Evaluating Canada’s 48-hour hip surgery benchmark, comparing patient outcomes after different surgery wait-times.

Evaluating Canada’s 48-hour hip surgery benchmark, comparing patient outcomes after different surgery wait-times.

A new Canadian Institutes of Health Research (CIHR)-funded study will identify if patients benefited from having hip fracture surgery within 48-hours of admission, the national benchmark adopted by Canada’s health ministers in 2005. The study, led by VCHRI researchers Dr. Boris Sobolev and Dr. Pierre Guy, seeks to provide evidence for the changes in hospital care that are required to prioritize access to the procedure.

“Setting up the 48-hour benchmark for hip fracture surgery led to resource allocation decisions in hospitals,” says Dr. Sobolev, health services researcher at the Centre for Clinical Epidemiology and Evaluation (C2E2) and professor at the UBC School of Population and Public Health. “This prompted our research team to ask: ‘What subgroups of patients will really benefit from accelerating their surgery through the 48-hour commitment?’

While almost two-thirds of hip fracture patients in Canada receive surgical treatment on the day of admission or the next day, data from the Canadian Institute for Health Information (CIHI) indicates that the timing of surgery varies widely across the country. In their successful application for CIHR funds, the researchers argued that examining these variations in time to surgery and case mix across Canadian surgical services offers sufficient statistical power to detect true differences in outcomes among patients with various wait times.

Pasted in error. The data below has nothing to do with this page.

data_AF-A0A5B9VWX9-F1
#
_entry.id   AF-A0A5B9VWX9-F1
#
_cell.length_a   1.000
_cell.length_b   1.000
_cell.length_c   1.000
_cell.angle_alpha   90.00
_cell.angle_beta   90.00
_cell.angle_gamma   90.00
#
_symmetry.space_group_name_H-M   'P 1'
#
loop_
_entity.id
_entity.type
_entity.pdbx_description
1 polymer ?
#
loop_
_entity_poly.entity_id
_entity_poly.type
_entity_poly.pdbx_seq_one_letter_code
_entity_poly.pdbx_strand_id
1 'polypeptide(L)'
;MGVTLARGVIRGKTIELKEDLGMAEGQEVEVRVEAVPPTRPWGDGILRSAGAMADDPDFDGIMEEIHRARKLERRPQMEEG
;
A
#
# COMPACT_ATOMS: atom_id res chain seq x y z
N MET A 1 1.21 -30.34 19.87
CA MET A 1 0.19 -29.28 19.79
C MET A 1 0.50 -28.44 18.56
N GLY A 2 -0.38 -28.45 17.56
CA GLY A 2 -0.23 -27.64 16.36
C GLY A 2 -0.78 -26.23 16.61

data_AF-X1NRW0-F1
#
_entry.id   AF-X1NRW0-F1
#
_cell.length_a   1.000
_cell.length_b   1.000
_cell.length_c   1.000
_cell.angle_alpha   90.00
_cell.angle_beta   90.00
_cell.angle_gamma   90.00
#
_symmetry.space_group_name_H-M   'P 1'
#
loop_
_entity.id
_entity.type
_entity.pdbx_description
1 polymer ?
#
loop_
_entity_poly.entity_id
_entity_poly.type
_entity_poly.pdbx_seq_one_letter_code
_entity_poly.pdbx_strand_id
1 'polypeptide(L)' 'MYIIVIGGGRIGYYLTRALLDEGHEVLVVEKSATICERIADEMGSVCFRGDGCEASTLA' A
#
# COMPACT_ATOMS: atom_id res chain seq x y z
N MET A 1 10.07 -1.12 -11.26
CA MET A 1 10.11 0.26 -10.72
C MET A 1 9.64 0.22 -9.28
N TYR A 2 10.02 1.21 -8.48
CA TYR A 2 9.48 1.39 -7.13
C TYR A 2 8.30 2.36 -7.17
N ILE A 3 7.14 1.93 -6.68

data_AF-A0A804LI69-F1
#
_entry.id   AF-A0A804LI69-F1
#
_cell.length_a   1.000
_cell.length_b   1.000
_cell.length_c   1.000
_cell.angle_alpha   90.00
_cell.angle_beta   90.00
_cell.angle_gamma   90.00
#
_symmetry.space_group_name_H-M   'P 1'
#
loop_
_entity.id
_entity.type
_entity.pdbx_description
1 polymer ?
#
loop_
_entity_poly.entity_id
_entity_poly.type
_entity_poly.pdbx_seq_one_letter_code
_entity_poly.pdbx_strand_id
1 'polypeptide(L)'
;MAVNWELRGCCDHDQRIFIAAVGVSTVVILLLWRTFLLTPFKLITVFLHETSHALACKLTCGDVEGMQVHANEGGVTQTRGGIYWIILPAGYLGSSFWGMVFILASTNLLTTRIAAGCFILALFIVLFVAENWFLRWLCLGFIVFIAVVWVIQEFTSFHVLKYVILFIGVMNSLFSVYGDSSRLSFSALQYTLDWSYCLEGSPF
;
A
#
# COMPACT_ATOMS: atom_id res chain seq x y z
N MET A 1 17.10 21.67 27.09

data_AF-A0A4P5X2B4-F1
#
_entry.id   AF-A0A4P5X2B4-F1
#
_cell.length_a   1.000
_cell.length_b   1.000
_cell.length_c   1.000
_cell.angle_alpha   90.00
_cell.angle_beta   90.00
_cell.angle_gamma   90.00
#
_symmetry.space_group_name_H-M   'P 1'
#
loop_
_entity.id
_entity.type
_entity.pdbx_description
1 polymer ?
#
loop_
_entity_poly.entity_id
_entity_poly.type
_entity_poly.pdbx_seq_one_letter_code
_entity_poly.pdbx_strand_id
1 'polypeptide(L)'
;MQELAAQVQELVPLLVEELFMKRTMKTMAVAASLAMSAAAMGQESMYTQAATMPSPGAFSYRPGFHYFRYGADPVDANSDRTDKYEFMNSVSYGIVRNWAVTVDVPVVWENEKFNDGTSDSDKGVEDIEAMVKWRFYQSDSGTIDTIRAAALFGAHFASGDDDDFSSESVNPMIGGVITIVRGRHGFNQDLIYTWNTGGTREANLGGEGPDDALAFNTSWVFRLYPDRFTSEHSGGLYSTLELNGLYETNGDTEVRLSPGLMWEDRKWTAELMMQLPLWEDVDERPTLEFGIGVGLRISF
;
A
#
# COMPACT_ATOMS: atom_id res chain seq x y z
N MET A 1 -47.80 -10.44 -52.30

Nationwide research interest on expedited hip surgery

The proposed pan-Canadian collaboration involves every hospital that provides hip-fracture surgery in Canada. Researchers will be working directly with CIHI for data acquisition and analysis.

“This is truly a pan-Canadian study in terms of understanding how delivery of hip fracture surgery is organized – what happens in Nova Scotia can be quite different from what happens in Ontario, for example,” says Dr. Sobolev. “The leadership shown by B.C., and Dr. Guy in particular, got us to this point with everybody on board and eager for this knowledge.”

The study will describe hip fracture surgery times for hospitals across the entire country using a standardized methodology for defining care episodes – i.e. when the clock for the 48-hour period started ticking. Researchers expect the study will help test the effect of policy and assist clinical decision-making and prioritization.  Results will identify types of patients who would benefit from accelerated access to hip fracture surgery in terms of fewer complications and deaths.

“Hip fractures are a significant stressor particularly for seniors, who are often frail, with up to 30% of individuals not surviving the first year post-injury,” explains Dr. Guy, co-leader of the hip fracture research group at the Centre for Hip Health and Mobility and associate professor at the Department of Orthopaedics at UBC.

Hip fracture is a common reason for admission to hospital in the elderly with approximately 30,000 individuals requiring treatment annually in Canada (and 3,900 in B.C.)1. Mortality during hospital admission is slightly under 10%2

“Not only is the event devastating to the individual patient, it also impacts families and other supports,” adds Dr. Guy, orthopaedic trauma surgeon at Vancouver General Hospital. “Any improvement in surgical outcomes in terms of mobility, returning to normal everyday activities, and reducing risk of death would be hugely beneficial for this vulnerable and growing population.”

 

1,2 Canadian Institute for Health Information Indices

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